In addition to a responsive website it's also worth looking at standalone mobile optimized websites, where by the mobile visitor gets forwarded to it from the desktop site or better still use an adaptive design approach, also known as RESS.

Google recommends that a responsive design is good for SEO because it serves the same content for mobile on the same URL. On the other hand Google's GOMO Mobile initiative recommends a mobile optimized site for the best mobile end user experience.

Google also recommends page load speeds of 3.5 seconds or under - which for the majority of responsive layouts, particularly when it comes to WordPress, this is not usually possible due to bloated code, oversized images, and the downloading of unnecessary resource libraries.

What adaptive does is takes the best of both your lightweight standalone optimized mobile sites and your responsive layouts - it can serve the content on the same URLs just like responsive, but it optimizes content specifically for mobile.

Meaning the source code it dynamically delivers is much less bloated than a responsive layout, the images are reformatted specifically for mobile are sized correctly so they are more lightweight for better page load speeds. Overall the code adapts itself to be the most compatible for the mobile device viewing it. There is a lot more to adaptive than this but all together it makes for a much better end mobile user experience since you have much more control over site layout and content.

Take a look at the top 100 corporate websites and you will find very few use responsive for their mobile visitors but instead use an adaptive mobile optimized design. For me the reason they do that is for user experience. You don't go that extra mile just for laughs!

Responsive is currently very popular amongst web designers as its certainly the easiest way to get into mobile - however a responsive design is far from being mobile optimized typically having issues with validation and page load speeds in comparison to a mobile optimized site which is usually capable of being loaded on to ALL phones not just smartphones. Don't forget Feature phones still make up for a good percentage of mobile devices accessing the web so shouldn't be ignored.

Aleyda Solis did an excellent presentation on the different approaches to mobile web over at SEOMOZ - its free to sign up and view.

Researching and understanding all the pros and cons of each approach, will at least help you choose the design approach that you think is best for you and your clients.

We don't dislike responsive design - but think its best suited specifically for desktop browsers and tablet visitors. For mobile visitor we use our own JumpMobi Adaptive WordPress Theme. This theme took us two years to develop and is now being used by over 2000+ developers world wide that understand the benefits of an adaptive approach over a responsive.

DanielG 05-06-2013 10:48 AM

Yes, this is a great article.

Taking what Jay is saying to another hybrid idea is the use of varied plug-ins and extensions for Content Management Systems like WordPress, Drupal and Joomla.

The browser type is detected and the appropriate template set is delivered. Because these systems use a database for content, there is no need to have different versions of content for different designs as the content is merged with the data and presented. The downside is that one must maintain different design sets, and you can have as few as two (mobile and desktop) or many if you do device specific design. Of course that can be viewed as a benefit as well because you then can make a specific version for say a Nokia feature phone, a version for Google Nexus, and an iOS version. These add-ons have become quite mature as they have been around for quite some time.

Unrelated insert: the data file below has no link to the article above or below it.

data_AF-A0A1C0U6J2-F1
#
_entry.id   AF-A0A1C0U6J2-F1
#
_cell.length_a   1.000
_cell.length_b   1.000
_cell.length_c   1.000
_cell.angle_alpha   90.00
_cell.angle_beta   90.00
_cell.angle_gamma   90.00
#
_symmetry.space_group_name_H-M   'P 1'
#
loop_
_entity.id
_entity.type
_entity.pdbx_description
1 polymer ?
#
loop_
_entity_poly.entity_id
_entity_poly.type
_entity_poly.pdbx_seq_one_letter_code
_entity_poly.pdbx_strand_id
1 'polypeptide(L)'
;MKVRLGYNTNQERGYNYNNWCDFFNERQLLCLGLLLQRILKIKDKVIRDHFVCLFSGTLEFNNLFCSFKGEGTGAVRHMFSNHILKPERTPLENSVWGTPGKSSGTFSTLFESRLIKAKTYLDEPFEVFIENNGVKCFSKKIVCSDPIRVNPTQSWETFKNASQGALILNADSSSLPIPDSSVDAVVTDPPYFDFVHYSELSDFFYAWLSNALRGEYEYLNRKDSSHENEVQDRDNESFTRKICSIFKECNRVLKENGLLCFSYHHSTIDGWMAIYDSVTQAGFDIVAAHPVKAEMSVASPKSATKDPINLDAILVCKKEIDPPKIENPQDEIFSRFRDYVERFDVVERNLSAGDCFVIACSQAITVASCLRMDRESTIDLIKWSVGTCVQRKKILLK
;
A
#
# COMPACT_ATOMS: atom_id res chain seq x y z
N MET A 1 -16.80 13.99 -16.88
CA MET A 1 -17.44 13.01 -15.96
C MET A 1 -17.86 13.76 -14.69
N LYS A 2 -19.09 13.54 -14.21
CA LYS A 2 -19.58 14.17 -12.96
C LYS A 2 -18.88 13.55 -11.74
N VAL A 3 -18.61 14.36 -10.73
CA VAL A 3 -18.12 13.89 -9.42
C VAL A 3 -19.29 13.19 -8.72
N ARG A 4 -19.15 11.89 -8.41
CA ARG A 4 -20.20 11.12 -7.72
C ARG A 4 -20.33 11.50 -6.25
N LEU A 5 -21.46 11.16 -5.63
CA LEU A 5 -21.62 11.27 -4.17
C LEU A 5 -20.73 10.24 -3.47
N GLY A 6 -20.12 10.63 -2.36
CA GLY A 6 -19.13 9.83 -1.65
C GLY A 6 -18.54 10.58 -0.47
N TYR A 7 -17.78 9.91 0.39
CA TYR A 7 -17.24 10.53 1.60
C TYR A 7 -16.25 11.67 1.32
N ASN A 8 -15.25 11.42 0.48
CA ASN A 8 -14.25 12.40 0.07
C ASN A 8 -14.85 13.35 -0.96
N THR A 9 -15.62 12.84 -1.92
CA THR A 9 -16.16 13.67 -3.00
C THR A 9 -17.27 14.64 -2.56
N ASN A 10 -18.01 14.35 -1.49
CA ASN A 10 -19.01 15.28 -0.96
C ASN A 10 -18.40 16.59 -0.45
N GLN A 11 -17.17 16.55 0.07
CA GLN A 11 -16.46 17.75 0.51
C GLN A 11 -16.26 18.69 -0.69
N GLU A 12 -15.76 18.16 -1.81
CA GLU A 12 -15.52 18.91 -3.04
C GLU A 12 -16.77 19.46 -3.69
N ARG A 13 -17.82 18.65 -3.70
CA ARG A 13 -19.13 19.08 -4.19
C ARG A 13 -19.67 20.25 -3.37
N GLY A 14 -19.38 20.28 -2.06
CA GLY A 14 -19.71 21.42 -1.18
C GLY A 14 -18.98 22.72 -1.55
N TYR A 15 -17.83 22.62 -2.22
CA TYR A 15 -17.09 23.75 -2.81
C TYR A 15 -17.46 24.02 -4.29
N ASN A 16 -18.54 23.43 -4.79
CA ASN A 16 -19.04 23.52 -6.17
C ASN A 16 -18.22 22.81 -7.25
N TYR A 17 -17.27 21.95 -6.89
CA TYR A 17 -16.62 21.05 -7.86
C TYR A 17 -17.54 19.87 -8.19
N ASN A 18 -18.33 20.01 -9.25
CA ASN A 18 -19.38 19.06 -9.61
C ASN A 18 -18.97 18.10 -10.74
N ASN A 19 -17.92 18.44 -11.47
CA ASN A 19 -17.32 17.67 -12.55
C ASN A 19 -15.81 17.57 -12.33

As far as the URL is concerned, it is my experience that one can (in advanced cases) do the addressing any way you want. For example if one wants the mobile address to be presented as, that's works, or one can leave the URL alone, just serving the appropriate design. In the case of multiple device design, one could do,, etcetera.

Doing multiple template systems would probably be less of a chore than maintaining multiple applications on multiple platforms with multiple devices. If the app is simple, then perhaps one could just do the main ones and not worry about individual devices, but as the app grows, so will the fragmentation.

Personally, I like the approach of Responsive. It's an elegant solution that uses web standards that are well supported leaving me to only have to worry about size. As a bonus the lean nature of the design helps with regular page speed that Jay mentioned. Bonus.

Modern Design 05-07-2013 10:10 AM

that's right! More and more people are beginning to use the internet from their mobile phone, and it is estimated by trade analysts that if smartphone transactions linger at their existing speed, then the number of users logging on to the internet from a phone will surpass the desktop internet users by 2015. Though most smartphones can access the internet but the understanding they get is less than impeccable, as most websites just aren't intended for mobile phones. By building a mobile-friendly site, you won't just get entrée to more users; you'll also get an enormous hike on your challengers. Thanks for great article!